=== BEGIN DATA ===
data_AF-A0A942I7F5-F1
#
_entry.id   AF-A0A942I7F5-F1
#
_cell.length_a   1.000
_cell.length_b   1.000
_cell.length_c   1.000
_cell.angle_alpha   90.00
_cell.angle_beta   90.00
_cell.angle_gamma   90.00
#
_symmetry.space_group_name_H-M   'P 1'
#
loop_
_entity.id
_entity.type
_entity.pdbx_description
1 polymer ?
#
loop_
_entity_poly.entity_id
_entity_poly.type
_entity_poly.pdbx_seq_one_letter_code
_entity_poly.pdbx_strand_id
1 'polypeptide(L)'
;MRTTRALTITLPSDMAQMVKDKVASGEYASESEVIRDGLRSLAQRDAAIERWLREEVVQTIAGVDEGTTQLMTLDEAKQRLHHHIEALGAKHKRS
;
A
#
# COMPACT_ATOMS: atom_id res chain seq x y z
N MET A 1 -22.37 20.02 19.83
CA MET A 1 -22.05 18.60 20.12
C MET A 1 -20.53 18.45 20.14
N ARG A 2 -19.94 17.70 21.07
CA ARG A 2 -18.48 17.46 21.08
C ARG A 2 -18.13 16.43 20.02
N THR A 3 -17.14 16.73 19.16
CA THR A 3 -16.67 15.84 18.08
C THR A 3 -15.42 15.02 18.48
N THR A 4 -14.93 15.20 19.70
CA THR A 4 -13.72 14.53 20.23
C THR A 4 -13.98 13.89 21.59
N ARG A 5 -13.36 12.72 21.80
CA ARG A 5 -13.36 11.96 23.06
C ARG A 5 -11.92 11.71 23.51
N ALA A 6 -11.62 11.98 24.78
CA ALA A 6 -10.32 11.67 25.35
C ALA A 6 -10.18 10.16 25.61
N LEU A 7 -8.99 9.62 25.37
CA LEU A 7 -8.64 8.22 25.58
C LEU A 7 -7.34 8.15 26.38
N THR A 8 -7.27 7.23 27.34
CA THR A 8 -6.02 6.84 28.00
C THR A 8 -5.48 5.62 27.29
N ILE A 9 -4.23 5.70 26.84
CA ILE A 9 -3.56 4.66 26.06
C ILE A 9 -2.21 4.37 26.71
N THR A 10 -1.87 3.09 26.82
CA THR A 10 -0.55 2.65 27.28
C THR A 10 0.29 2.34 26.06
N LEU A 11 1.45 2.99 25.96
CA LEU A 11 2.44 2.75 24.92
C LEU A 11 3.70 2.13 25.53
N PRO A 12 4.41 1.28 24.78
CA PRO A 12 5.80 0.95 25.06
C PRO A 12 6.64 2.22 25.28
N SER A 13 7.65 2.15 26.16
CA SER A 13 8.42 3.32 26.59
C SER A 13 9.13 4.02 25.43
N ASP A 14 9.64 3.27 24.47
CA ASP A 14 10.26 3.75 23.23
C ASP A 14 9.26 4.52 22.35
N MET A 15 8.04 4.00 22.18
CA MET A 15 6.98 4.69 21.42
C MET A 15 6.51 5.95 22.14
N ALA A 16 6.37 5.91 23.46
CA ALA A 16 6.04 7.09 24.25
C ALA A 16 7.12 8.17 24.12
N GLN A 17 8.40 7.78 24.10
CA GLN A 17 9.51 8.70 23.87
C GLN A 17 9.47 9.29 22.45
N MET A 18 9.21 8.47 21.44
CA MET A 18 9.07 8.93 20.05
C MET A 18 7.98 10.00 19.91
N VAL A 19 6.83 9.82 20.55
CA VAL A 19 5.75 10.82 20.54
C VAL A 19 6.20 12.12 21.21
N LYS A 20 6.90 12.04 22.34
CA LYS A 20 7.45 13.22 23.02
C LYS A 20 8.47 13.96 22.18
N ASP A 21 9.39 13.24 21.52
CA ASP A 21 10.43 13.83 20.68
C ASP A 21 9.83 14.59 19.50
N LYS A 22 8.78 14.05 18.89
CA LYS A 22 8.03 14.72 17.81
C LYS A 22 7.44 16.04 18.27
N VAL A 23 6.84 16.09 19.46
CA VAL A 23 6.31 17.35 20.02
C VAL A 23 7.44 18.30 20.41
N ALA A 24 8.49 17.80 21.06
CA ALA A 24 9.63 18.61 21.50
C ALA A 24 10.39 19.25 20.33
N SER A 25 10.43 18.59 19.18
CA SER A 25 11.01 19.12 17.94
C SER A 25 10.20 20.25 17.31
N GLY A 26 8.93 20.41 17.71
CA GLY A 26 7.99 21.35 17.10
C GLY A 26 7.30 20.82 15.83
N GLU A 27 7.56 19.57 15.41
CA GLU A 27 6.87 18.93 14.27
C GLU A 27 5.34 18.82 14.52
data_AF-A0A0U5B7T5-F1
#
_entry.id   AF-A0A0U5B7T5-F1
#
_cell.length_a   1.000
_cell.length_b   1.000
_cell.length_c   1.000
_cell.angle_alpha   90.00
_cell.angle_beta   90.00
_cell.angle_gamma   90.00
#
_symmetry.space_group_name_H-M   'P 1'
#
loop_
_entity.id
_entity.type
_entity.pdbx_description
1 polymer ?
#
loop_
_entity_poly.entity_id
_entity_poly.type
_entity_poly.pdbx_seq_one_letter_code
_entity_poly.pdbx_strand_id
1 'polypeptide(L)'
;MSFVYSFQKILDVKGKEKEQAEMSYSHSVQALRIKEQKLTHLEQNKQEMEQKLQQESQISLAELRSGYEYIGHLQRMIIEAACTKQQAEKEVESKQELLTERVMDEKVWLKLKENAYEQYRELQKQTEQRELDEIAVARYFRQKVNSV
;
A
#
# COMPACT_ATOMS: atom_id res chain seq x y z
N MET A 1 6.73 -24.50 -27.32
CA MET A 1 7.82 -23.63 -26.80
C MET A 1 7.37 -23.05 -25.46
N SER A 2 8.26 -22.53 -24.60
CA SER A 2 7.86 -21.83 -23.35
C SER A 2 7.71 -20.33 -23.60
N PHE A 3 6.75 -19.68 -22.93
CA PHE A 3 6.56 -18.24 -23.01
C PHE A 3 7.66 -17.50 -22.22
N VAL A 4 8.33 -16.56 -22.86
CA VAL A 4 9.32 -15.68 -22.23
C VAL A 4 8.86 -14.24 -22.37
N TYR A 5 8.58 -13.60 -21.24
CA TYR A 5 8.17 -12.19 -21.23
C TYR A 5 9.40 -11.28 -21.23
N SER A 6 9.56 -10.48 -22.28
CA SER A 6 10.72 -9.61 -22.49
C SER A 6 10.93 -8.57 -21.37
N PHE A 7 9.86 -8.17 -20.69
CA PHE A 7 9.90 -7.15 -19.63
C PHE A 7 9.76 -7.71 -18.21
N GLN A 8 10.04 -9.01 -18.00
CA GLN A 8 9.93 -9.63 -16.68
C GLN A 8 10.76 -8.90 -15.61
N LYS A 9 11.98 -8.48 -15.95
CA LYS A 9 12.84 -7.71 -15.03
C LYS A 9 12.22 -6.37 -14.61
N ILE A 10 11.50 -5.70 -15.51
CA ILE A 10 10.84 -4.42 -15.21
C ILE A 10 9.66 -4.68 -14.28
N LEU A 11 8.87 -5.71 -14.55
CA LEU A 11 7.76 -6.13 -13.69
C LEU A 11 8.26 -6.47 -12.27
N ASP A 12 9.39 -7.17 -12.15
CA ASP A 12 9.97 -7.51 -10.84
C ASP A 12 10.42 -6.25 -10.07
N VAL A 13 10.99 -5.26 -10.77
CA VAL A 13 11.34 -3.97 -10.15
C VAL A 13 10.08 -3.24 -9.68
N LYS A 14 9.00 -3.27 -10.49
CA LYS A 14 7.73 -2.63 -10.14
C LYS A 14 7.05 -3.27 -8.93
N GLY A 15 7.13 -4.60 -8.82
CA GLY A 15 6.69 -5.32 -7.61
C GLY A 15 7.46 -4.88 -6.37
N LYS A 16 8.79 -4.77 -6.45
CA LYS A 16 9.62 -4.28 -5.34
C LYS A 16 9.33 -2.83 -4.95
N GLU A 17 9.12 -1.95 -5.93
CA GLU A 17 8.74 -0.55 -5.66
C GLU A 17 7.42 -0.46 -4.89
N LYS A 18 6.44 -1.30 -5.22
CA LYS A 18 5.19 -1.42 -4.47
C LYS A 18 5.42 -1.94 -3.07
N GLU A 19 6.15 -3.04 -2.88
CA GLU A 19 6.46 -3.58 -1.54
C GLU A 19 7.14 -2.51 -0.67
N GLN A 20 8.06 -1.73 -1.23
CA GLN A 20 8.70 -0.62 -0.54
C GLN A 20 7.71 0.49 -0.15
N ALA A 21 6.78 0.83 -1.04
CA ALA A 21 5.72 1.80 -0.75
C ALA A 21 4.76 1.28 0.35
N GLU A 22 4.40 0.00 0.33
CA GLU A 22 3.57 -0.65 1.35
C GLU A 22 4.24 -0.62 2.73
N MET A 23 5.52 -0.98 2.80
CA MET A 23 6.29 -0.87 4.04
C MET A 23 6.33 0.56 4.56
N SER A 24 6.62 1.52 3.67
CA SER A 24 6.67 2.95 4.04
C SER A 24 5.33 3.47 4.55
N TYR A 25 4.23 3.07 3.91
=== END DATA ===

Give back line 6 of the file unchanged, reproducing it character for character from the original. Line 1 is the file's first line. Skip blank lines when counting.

_cell.length_b   1.000